In 2006, Gardasil, the first, commercially available vaccine for HPV arrived on the market. It was a quadrivalent vaccine because it protected against 4 types of HPV: Types 16 & 18, which are responsible for 70% of cervical cancer cases as well as types 6 & 11, which commonly caused 90% of genital warts.
The following year, Cervarix, a bivalent vaccine, arrived. It targeted HPV types 16 & 18 only.
In 201, the U.S. Food and Drug Administration approved Gardasil 9. That vaccine targets the 7 most common cancer-causing subtypes (16, 18, 31, 33, 45, 52, and 58) which account for more than 90% of HPV-related cancers as well as types 6 & 11. In addition to protecting against 90% of all cervical cancers, Gardasil 9 protects against 95% of anal cancers as well as 85% of vaginal and vulvar cancers. It can significantly reduce the risk of HPV-related cancers in children who are vaccinated.
Firstly, it needs to be made clear that vaccines do not contain the HPV DNA . The vaccine contains virus-like particles, VLPs, made from laboratory manufactured proteins that simulate the protein shell of HPV. They stimulate the immune system to produce antibodies against the types of HPV for which the vaccine was designed. For example, Gardasil 9 helps the body to produce antibodies against 9 types of virus. The antibodies created from this vaccine do not allow the real HPV to cause infection.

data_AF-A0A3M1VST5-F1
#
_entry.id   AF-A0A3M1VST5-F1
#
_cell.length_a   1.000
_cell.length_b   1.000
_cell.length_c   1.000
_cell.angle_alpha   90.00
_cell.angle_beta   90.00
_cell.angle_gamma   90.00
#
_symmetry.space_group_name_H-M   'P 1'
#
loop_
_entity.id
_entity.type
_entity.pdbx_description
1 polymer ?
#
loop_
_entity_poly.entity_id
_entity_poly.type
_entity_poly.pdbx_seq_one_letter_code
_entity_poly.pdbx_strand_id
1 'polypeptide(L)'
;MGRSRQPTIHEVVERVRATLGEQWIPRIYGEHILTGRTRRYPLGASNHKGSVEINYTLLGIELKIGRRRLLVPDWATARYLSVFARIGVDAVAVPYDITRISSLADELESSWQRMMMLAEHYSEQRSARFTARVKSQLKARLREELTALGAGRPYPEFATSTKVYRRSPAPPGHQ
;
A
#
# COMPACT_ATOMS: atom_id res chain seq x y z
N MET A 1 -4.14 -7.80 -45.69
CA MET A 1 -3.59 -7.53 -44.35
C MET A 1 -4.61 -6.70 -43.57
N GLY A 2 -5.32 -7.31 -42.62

The ideal ages are between 11-26 years of age. Ideally, ages 11-12 offer the best time for vaccination because they typically have not yet started to become sexually active. Additionally, the production of antibodies is much higher at this early age.
Yes. HPV can cause premalignant lesions on the anus and penis so it is highly advisable that boys and young men between 11-26 get vaccinated. Immunization of boys and girls reduce the risk of future HPV infection and related cancers.
Despite the fact that some isolated cases show no risk to mother or fetus, the HPV vaccine is not recommended during pregnancy because there have been no studies on the safety of pregnant women and the vaccines.
It’s recommended that you finish taking the doses after your pregnancy as the vaccines have not shown any negative effects on mothers or breastfeeding newborns.
Over 300 HPV medical questions answered!